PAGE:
Everyone in the world could fit in New York City

That’s if you squished everyone together:


But contrary to popular belief, the world is not a clown car. And you’d still be unable to hail a taxi.(Via Know More)

If all the world’s people stood really close, how much room would they take up? You probably haven’t had the time or inclination to consider this question, which is why you should be grateful for Tim Urban of the blog Wait But Why. Urban chose to investigate this question in a recent post with lots of enlightening calculations and fun graphics. Urban’s core assumption is that 10 humans can fit in a square meter. If you watch this video of nine journalists squeezing themselves into a square meter, you can see that while this would be cozy, it’s definitely possible. This especially true given that about a quarter of the world’s population is under 15. At 10 people per square meter, that means we can fit 1,000 people in a 10-by-10-meter square. 54,000 people can fit in an American football field, and 26 million people – about the population of Scandinavia – can fit into one square mile, Urban writes. Central Park, which is 1.3 square miles or 3.4 square kilometers, could hold the population of Australia or Saudi Arabia. All 320 million Americans could huddle together into a square that is 3.5 miles or 5.7 kilometers on each side. And what if we found a piece of land for everyone on Earth – all 7.3 billion of the world’s people? Urban calculates that we would need a square that is 27 km, or 16.8 miles, on each side – an area smaller than Bahrain and, yes, New York City. Urban calculates that we could fit 590 million people in Manhattan — that takes care of North America. We could fit 1.38 billion people in Brooklyn, equivalent to the population of Africa, South America and Oceania. Queens could hold 2.83 billion — roughly the equivalent of India + China + Japan. 1.09 billion could fit in the Bronx, taking care of Europe, while 1.51 billion could fit Staten Island, making room for the rest of Asia ex-China, Japan and India. If this sounds sweaty and gross, check out Urban’s next exercise — fitting all the world’s people into a cube in downtown New York City. It’s enough to make you appreciate the roomy personal space in today’s Manhattan.

Better than Knicks basketball

Scott Cacciola covers the New York Knicks for the New York Times. But the Knicks really suck! So earlier this month, the Times ran this note:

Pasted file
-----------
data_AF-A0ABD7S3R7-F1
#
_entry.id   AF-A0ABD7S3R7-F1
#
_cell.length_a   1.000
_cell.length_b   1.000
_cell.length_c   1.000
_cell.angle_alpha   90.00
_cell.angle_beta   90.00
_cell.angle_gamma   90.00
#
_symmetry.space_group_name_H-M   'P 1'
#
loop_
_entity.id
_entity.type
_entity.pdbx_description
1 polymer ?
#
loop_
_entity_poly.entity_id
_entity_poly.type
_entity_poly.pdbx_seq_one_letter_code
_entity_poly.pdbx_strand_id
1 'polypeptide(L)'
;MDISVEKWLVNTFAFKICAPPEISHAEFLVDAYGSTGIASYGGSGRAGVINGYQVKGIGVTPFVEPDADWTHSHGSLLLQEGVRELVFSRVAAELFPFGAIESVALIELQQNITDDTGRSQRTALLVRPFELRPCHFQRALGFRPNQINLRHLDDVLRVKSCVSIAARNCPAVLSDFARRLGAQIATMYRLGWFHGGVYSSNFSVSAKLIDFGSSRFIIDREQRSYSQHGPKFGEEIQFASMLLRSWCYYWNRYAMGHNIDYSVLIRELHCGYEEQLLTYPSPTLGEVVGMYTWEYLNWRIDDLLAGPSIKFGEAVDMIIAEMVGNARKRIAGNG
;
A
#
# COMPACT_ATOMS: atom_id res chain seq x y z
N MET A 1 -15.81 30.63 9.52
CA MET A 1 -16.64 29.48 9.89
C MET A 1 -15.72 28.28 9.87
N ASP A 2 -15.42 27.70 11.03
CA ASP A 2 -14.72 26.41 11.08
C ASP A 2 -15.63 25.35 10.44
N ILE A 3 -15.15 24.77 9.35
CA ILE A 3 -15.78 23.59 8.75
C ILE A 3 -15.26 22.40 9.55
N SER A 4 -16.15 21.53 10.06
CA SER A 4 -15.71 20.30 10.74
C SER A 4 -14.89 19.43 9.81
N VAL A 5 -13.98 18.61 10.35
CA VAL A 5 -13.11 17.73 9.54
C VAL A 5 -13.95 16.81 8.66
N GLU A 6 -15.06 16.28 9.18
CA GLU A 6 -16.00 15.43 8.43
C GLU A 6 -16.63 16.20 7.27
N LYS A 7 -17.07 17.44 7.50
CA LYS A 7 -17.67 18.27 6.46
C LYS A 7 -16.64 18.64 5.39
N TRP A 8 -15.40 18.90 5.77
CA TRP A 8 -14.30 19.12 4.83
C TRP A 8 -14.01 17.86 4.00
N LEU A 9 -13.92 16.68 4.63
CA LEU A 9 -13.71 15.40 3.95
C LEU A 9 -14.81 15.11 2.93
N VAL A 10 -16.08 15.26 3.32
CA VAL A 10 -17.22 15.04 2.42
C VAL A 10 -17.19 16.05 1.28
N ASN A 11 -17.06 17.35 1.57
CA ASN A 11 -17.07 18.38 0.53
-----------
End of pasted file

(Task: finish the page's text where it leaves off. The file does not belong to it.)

The Knicks, in an effort to rebuild through the N.B.A. draft and free agency, appear to have officially given up on this season. They’re an unthinkable 5-32, and on Monday night they traded away J. R. Smith and Iman Shumpert, leaving a roster that might struggle against an N.B.A. Development League team.

So the Sports department’s editors feel it is only merciful to give our Knicks beat writer, Scott Cacciola, a break from such woeful basketball. He deserves to see the game played at a higher level. For the next month or so, we would like to point him to some good, quality basketball, wherever it may be. Any suggestions?

So he went to Springfield, Ill., to cover the Central Illinois Xpress basketball team:

The Xpress were already drawing attention, having emerged as an unlikely force in the fifth-grade boys’ league at the Gym, a bustling basketball center here. In running their record to 8-1 through the first half of the season, the Xpress executed a motion offense and often overwhelmed the competition. But they really stood out for another reason.

Yeah, he’s doing stories on fifth-grade girls because the Knicks are extraordinarily bad. But the girls are really good, and making the boys they play cry. Click on the link in the tweet. It’s a fun story.

A walk on the wild side?

This is a crime?

It was a one-mile walk home from a Silver Spring park on Georgia Avenue on a Saturday afternoon. But what the parents saw as a moment of independence for their 10-year-old son and 6-year-old daughter, they say authorities viewed much differently.

Danielle and Alexander Meitiv say they are being investigated for neglect for the Dec. 20 trek — in a case they say reflects a clash of ideas about how safe the world is and whether parents are free to make their own choices about raising their children.

I guess this confuses me because of the way I was raised. In the summer, my mom would say in the morning, get out of the house and don’t come back until lunch, then get out of the house and don’t come back until dinner. Which meant I could do whatever I want wherever I wanted. That wasn’t called parental neglect. It was called growing up. And at one point when I was in sixth grade, I was getting on the subway in the Bronx with my sister, who was in the fourth grade, in order to go to school in Brooklyn. Without adult supervision.

Are things really that more dangerous for children now than they were then?

And now there’s a thing called “free-range parenting.” Which is what people normally did in the past.